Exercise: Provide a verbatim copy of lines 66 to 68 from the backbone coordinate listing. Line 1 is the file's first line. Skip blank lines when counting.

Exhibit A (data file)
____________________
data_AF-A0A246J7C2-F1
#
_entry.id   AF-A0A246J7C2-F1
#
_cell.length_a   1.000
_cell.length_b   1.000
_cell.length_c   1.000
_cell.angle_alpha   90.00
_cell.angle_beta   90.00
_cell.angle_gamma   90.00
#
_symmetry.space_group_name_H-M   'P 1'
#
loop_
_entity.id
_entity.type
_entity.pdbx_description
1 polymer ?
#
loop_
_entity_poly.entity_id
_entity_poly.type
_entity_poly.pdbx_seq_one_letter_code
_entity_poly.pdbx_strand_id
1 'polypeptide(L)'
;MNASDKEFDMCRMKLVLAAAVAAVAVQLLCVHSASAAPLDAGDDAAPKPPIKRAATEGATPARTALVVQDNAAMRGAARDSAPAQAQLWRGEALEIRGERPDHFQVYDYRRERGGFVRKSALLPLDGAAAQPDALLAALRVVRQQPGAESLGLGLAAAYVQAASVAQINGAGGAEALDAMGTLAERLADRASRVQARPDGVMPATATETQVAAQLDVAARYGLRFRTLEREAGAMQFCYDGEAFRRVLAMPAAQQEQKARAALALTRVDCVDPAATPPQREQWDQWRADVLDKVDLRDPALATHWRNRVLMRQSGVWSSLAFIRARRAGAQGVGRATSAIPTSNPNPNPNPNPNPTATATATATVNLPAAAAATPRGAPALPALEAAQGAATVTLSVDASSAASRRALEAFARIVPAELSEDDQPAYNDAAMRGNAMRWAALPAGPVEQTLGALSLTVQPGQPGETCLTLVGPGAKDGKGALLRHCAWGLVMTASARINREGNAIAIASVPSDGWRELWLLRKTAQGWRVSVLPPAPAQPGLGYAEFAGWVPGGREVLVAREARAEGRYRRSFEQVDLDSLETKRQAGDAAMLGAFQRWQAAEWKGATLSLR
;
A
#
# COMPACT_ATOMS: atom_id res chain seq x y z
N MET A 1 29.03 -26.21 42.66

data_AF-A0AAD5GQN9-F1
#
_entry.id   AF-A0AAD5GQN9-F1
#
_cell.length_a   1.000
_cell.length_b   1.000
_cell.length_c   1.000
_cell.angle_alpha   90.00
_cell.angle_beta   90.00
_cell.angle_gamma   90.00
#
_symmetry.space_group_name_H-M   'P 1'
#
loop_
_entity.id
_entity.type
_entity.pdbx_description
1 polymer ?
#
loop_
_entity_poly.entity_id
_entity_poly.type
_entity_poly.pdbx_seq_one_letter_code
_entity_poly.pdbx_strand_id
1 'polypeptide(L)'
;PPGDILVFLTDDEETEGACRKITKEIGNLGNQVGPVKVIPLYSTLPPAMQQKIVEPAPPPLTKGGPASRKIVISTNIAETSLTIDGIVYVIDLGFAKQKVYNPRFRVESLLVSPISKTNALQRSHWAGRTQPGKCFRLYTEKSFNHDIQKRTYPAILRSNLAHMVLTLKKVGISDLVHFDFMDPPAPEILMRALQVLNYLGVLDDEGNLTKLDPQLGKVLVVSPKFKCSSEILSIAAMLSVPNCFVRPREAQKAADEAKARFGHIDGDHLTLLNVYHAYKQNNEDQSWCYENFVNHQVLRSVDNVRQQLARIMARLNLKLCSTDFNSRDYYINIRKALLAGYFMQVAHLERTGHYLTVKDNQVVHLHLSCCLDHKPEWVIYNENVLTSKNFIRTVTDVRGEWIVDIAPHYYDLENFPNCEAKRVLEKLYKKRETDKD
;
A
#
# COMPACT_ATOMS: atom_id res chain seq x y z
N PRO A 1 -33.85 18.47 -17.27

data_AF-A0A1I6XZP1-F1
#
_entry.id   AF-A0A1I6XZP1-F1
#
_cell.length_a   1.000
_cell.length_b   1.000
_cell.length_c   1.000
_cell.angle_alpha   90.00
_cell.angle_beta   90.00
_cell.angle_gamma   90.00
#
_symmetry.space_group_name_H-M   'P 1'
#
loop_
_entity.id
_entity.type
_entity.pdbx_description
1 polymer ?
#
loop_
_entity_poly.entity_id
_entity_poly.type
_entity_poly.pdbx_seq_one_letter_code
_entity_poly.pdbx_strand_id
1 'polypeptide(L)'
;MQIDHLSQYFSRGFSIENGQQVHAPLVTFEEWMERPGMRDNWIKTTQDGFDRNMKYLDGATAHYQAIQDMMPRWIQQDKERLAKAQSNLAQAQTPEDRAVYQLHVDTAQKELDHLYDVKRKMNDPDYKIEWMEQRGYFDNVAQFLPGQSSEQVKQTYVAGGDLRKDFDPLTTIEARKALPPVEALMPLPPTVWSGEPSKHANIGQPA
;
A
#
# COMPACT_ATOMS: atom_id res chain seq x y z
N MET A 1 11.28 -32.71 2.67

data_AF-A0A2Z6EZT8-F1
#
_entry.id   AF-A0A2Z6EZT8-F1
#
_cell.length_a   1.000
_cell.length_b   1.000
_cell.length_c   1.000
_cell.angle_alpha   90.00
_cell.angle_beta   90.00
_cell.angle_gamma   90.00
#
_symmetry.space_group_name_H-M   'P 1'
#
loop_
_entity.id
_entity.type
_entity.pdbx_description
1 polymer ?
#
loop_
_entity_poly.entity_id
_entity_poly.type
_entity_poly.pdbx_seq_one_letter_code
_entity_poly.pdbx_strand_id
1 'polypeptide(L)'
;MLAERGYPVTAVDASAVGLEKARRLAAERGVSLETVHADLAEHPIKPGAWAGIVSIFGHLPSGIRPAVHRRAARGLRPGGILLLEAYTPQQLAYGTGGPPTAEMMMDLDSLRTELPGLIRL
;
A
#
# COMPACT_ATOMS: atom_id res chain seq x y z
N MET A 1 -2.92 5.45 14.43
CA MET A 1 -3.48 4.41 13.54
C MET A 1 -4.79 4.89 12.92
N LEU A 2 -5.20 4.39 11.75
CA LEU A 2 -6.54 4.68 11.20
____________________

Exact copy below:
#
_cell.length_a   1.000
_cell.length_b   1.000